Dayanira Paniagua, PhD

Visiting Scholar

(Now faculty at Universidad Autónoma de Baja California)

Black-tailed Rattlesnake – Crotalus molossus
  • Photo by Jerry Schudda

    Black-tailed Rattlesnake – Crotalus molossus

    A large bodied rattlesnake with green-brown to yellow-brown coloration and an occasionally faintly banded black tail. This rattlesnake is considered to be a habitat generalist that tends to be found more in rocky and mountainous terrain. Like most rattlesnakes in the Sonoran Desert, it can be found under vegetation or boulders during the day and is more active after the sun begins to set.

    Black-tailed Rattlesnake bites result in similar complications to the Western Diamondback Rattlesnake but occur less frequently. This could be due to a number of reasons but is likely related to the animal being found less frequently in human dominated areas.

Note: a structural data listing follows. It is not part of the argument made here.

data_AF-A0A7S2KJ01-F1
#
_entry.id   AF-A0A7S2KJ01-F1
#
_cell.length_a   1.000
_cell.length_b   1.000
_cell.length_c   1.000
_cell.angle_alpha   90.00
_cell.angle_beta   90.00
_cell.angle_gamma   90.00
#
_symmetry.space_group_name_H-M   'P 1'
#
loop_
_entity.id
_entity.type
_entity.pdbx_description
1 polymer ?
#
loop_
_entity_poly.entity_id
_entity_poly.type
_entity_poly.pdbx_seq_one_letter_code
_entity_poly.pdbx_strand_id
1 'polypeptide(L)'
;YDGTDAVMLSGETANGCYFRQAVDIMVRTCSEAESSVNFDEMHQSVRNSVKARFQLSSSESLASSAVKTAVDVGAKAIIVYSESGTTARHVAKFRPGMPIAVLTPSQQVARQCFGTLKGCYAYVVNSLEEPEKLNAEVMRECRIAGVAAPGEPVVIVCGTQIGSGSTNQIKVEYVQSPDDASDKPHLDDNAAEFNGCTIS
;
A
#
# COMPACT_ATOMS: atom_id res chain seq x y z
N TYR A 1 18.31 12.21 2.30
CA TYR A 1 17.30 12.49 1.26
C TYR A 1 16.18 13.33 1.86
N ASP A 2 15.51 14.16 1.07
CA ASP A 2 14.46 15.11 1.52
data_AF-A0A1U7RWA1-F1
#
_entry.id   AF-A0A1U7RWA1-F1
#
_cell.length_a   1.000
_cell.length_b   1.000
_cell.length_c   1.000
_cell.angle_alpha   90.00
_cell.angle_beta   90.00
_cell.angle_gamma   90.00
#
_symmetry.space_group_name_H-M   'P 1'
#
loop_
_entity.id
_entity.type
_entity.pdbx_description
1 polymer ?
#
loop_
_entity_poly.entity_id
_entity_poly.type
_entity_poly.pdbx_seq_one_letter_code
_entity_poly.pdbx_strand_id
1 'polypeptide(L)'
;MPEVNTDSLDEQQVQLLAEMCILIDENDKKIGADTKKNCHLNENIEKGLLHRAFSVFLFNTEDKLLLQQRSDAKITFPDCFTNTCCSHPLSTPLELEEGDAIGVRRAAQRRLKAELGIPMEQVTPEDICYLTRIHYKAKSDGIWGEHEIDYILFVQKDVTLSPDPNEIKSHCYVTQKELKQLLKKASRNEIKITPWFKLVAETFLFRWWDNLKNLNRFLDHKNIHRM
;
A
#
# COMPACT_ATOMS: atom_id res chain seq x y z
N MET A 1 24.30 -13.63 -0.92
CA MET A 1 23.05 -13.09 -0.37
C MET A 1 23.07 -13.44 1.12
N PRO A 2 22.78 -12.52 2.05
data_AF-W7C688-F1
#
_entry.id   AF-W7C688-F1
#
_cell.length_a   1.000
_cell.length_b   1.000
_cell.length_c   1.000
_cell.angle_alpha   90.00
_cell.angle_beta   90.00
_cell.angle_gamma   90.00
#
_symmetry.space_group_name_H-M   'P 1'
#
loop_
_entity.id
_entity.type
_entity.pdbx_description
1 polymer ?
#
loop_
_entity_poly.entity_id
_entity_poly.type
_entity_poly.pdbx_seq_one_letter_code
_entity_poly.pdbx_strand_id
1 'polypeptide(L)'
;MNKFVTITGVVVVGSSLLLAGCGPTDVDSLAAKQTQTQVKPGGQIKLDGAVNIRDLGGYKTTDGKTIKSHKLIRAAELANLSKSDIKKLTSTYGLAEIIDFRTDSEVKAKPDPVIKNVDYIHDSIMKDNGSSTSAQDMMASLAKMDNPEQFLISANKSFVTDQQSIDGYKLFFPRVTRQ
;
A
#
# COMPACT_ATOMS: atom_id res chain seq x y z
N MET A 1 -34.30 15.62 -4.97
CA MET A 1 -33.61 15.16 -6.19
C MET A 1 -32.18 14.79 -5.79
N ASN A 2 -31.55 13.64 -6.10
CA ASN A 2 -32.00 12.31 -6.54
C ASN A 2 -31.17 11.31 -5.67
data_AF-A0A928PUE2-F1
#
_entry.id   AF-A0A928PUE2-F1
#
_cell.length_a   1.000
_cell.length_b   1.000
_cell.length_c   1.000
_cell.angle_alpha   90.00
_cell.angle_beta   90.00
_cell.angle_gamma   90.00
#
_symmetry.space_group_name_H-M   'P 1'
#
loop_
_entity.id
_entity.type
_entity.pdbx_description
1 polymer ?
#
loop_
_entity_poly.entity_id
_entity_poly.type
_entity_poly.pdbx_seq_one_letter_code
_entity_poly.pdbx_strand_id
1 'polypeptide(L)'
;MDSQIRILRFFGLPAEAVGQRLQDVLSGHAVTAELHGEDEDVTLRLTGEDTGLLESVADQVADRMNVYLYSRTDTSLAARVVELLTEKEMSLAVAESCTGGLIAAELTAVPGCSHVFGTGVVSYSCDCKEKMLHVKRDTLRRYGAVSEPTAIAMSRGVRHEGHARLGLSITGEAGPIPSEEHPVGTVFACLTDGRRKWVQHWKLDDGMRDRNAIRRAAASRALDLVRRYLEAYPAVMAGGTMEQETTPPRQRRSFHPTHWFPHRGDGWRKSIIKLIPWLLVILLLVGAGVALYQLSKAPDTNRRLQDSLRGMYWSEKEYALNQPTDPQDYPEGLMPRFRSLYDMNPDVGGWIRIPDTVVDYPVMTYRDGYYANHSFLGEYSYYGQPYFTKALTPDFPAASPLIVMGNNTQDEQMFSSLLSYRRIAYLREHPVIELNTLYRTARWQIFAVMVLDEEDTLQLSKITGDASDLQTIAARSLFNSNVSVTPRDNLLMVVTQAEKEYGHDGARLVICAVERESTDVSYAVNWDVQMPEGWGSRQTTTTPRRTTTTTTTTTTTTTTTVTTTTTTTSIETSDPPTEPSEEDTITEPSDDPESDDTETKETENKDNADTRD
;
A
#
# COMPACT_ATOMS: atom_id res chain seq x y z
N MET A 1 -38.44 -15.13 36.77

Dayanira Paniagua is a postdoctoral research associate at the VIPER Institute she is specialized in the biochemistry and pharmacology of snake venoms and their pharmacokinetics. Since 2015 she has been a recurrent visiting research scholar at VIPER Institute as part of the collaboration between UA-UNAM. On 2018 she visited the Institute as a Fulbright visiting scholar to coordinates the HEAP (Historical Expired Antivenom Project), a multidisciplinary and interinstitutional project that analyze the regulation, efficacy, stability and safety of expired antivenoms from all over the world that are available in the US.

 

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